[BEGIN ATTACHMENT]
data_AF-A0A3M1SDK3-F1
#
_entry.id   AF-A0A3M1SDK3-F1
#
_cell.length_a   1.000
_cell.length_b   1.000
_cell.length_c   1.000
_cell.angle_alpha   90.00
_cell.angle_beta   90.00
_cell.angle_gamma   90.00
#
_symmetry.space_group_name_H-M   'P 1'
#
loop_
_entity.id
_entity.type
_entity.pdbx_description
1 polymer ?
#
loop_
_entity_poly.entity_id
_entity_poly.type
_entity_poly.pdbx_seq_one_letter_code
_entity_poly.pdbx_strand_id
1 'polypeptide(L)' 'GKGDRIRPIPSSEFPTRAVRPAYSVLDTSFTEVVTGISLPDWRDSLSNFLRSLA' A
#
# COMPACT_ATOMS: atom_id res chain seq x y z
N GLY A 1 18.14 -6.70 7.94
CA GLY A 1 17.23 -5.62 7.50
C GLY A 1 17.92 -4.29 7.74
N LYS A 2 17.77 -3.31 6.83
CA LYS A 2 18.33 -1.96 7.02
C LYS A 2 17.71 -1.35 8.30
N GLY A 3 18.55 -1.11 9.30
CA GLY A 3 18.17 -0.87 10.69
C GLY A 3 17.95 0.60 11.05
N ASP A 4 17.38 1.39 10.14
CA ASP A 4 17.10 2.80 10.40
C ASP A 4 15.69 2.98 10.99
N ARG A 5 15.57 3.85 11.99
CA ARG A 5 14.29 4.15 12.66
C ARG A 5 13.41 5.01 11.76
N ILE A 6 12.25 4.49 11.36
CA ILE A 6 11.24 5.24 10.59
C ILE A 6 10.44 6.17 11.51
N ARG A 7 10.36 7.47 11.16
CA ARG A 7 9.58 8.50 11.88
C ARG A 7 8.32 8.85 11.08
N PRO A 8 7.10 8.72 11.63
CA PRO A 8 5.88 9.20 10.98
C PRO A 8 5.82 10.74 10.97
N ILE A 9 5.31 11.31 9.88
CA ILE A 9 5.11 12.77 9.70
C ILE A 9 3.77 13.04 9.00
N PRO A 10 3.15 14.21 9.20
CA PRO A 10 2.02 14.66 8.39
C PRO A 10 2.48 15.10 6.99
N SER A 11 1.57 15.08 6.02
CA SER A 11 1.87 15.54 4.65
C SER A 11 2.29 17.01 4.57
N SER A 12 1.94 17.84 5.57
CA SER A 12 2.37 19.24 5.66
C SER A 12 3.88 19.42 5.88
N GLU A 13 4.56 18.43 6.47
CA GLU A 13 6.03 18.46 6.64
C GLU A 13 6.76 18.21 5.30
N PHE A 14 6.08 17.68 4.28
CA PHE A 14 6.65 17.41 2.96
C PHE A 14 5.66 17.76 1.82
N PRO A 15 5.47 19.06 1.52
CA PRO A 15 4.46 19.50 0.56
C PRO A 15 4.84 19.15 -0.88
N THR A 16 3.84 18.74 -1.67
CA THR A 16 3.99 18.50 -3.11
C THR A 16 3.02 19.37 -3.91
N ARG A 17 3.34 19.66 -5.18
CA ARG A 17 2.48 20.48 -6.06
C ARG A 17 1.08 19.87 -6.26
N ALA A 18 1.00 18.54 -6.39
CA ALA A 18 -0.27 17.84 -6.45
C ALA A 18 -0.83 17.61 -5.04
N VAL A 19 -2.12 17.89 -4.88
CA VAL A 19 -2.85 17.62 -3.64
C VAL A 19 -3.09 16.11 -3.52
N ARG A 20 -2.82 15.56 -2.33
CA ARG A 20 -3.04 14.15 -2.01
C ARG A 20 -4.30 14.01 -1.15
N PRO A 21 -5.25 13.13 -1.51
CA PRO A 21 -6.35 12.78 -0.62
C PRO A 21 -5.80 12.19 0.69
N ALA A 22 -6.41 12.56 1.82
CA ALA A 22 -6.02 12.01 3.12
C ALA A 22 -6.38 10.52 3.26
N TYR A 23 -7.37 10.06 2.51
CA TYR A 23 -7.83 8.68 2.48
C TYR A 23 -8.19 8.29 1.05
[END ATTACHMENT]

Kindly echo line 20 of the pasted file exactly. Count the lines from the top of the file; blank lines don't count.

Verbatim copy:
loop_